Euro Drops to 11-Year Low on Greek Vote After QE; Aussie Falls

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The euro fell to the lowest in more than 11 years versus the dollar on concern an anti-austerity party will take power in Greek elections, exacerbating the currency’s drop after the European Central Bank widened its stimulus program.

The shared currency headed for a sixth weekly decline before the Sunday vote. ECB President Mario Draghi said on Jan. 22 the institution would buy $60 billion euros ($68 billion) a month of debt. A gauge of the U.S. dollar was set for its biggest weekly gain since June 2013 on prospects the U.S. economy will outperform those of Europe and Japan as the Federal Reserve prepares to set policy on Jan. 28. Australia’s dollar declined to the lowest since 2009.

“Draghi has managed to squeeze out a really big reaction,” said Jane Foley, a senior strategist at Rabobank International in London, “Another interesting part of this is how other central banks are going to react.”

The euro fell 1.5 percent to $1.1198 at 8:36 a.m. New York time after touching $1.1115, the weakest since September 2003, after falling 2.1 percent on Thursday. The shared currency is set for a 3.2 percent weekly loss against the greenback.

The euro declined 1.7 percent to 133.34 yen. The dollar declined 0.3 percent to 118.09 yen.

The Bloomberg Dollar Spot Index, which tracks the U.S. currency against 10 major peers, rose 0.6 percent to 1,162.53, having climbed 2 percent this week. It closed at 1,156.11 on Thursday, the highest since the index started in 2004.

Rate Cut

The Australian dollar dropped as traders see a 47 percent chance the central bank will cut rates at this year’s first policy meeting on Feb. 3, up from 25 percent odds on Jan. 16, according to overnight interest rate swaps.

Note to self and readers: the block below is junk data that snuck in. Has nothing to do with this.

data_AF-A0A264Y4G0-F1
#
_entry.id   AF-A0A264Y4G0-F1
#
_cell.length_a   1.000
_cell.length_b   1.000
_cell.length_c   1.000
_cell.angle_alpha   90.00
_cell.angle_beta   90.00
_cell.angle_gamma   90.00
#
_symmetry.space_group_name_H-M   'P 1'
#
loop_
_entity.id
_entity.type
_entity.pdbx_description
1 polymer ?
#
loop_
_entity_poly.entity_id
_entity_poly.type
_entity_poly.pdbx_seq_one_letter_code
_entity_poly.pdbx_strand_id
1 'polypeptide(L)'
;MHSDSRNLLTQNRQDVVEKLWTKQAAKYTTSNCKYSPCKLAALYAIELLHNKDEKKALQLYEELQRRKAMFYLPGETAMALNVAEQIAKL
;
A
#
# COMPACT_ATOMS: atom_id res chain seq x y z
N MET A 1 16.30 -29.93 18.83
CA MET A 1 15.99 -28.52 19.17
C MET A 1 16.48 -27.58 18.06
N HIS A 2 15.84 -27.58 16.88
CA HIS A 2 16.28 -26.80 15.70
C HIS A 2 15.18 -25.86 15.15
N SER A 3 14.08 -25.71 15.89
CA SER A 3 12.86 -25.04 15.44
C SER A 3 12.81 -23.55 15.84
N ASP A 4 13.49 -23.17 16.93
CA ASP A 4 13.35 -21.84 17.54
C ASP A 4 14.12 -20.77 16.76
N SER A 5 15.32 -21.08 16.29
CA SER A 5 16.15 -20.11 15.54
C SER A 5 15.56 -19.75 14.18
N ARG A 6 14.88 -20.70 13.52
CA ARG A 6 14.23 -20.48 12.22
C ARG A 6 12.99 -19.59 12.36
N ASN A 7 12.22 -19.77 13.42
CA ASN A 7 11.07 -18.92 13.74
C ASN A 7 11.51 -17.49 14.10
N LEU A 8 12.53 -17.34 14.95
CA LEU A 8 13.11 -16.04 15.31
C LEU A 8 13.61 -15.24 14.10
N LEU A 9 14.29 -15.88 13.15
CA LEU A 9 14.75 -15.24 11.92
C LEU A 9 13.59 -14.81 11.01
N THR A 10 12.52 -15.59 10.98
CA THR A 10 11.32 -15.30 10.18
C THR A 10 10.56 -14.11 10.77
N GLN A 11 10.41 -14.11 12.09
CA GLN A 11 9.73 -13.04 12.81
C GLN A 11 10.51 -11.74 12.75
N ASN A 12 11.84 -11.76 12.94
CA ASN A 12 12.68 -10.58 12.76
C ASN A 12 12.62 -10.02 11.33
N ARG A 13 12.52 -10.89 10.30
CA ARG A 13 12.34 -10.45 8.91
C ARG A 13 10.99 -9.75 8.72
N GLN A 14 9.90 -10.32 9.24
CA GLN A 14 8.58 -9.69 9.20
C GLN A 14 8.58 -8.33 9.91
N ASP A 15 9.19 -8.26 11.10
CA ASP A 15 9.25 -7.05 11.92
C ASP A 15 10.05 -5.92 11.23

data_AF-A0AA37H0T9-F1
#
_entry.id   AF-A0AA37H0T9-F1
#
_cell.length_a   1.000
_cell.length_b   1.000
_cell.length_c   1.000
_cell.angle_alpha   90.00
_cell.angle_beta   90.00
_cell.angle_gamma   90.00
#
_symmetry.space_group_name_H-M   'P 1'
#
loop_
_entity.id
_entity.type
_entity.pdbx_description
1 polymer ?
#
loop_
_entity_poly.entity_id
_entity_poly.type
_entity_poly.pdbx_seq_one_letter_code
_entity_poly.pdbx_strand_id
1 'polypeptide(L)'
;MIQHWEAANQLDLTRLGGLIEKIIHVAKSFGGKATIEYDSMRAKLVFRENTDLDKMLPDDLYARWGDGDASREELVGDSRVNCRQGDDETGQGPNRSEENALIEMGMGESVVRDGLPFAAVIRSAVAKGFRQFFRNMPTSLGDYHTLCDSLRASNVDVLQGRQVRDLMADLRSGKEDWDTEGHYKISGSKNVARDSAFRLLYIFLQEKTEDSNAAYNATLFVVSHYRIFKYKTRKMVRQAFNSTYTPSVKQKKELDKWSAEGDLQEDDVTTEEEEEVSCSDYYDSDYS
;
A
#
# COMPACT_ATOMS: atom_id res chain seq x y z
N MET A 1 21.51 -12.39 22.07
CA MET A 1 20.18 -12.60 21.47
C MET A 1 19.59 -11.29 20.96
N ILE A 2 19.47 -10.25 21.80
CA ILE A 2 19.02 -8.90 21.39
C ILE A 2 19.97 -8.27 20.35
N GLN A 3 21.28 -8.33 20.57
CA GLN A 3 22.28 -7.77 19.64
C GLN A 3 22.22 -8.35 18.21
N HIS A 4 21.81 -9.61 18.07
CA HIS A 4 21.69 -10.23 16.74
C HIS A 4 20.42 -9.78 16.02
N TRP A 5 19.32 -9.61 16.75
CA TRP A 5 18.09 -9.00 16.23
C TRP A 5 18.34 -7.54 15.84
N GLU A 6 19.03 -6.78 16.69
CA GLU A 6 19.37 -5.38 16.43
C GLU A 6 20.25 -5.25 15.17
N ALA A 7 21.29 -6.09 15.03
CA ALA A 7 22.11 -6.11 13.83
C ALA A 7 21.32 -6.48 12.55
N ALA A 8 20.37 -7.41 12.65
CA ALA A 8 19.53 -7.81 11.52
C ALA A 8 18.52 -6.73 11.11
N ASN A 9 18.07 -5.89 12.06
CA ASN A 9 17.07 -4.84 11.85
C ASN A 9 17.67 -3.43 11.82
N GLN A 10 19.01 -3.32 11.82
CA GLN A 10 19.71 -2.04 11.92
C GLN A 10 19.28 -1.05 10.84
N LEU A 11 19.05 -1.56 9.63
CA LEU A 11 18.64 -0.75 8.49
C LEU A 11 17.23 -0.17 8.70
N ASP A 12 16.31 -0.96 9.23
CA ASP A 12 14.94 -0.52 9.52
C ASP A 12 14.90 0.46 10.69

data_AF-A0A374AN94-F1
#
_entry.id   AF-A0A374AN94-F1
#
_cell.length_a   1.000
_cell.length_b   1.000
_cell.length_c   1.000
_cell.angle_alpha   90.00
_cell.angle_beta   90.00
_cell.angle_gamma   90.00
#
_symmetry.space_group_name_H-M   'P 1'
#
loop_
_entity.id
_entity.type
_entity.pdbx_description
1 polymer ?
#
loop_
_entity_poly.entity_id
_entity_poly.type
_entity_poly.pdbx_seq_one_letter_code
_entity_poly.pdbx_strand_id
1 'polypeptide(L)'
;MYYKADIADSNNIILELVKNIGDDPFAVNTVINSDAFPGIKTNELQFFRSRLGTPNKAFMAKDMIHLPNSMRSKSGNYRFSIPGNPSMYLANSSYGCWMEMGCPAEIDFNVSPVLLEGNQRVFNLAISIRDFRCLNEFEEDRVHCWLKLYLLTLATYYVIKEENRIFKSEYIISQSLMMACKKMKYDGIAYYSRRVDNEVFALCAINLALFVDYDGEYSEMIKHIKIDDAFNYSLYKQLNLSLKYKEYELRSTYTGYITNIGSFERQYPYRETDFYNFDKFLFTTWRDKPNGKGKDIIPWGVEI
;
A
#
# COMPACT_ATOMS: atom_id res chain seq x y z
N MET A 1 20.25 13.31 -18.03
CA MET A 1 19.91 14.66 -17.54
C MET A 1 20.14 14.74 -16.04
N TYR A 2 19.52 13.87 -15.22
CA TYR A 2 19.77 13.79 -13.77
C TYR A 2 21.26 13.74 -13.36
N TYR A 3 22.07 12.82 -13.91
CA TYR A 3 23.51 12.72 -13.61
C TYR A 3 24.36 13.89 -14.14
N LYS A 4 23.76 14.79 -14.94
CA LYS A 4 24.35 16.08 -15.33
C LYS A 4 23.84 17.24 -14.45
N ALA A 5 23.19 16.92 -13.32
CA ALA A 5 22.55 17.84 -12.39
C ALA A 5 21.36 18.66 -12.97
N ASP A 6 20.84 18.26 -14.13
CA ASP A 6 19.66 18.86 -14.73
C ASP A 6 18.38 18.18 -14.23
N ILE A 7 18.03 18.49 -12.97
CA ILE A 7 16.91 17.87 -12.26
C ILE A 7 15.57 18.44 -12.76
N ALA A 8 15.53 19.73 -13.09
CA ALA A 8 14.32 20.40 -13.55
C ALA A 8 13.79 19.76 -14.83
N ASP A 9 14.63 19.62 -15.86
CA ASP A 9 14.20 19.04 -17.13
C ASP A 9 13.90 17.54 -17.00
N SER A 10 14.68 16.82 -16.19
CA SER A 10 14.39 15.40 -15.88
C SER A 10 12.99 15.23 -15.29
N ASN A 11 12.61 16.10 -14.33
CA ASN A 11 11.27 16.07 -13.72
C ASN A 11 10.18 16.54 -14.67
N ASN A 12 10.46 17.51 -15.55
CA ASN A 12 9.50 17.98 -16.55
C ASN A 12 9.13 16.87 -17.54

The Aussie fell 1.6 percent to 78.97 U.S. cents, set for a 4 percent weekly slide. It earlier dropped to 78.81 cents, the lowest since July 2009. New Zealand’s dollar declined 0.8 percent to 74.47 U.S. cents, falling for a sixth day and to the least since November 2011.

Greek voters go to the polls on Jan. 25 in a general election that will decide whether Europe’s most-indebted country sticks to an austerity program that ensures its financial lifeline from creditors such as Germany. Alexis Tsipras, who leads the opposition Syriza group, has vowed to abandon the budget constraints that underpin the support while keeping Greece in the currency union.

Sell Euro

“The Greek election provides another reason to sell euro in case the ECB decision was not enough,” said Sean Callow, a currency strategist at Westpac Banking Corp. in Sydney. “A period of consolidation in the mid-$1.13 is reasonable today, but there is no reason to believe a low is in place.”

The euro slid against most of its 16 major peers a day after ECB President Mario Draghi told reporters in Frankfurt that the central bank will start buying from March until September 2016. The QE will compromise 45 billion euros in investment-grade government bonds, as well as the debt of public agencies and existing programs to buy asset-backed securities and covered bonds, a euro-area official said on Thursday.

“The bottom may not come into vision until we see a case for a persistent further slide in euro, with little technical support until nearer parity to the dollar,” Greg Gibbs, head of Asia-Pacific markets strategy at Royal Bank of Scotland Group Plc in Singapore, wrote in an emailed note. “The market sees a case for an early exit in ECB QE or higher policy rates, making a fall to record lows nearer 0.80 entirely possible,” he said referring to the euro-dollar exchange rate.

Dollar Underpinned

The Bank of Canada cut borrowing costs by a quarter of a percentage point on Wednesday, and the Danish central bank reduced its key interest rate for a second time this week the following day.

The dollar is the biggest gainer in the past week among 10 developed-nation peers tracked by Bloomberg Correlation-Weighted Indexes. It added 2.9 percent, the yen rose 2.3 percent and the euro was down 0.7 percent.

“The prospect of the Fed statement next week -- which reiterates that the economy is recovering well and most likely they need to raise rates this year -- definitely underpins the dollar,” Westpac’s Callow said.

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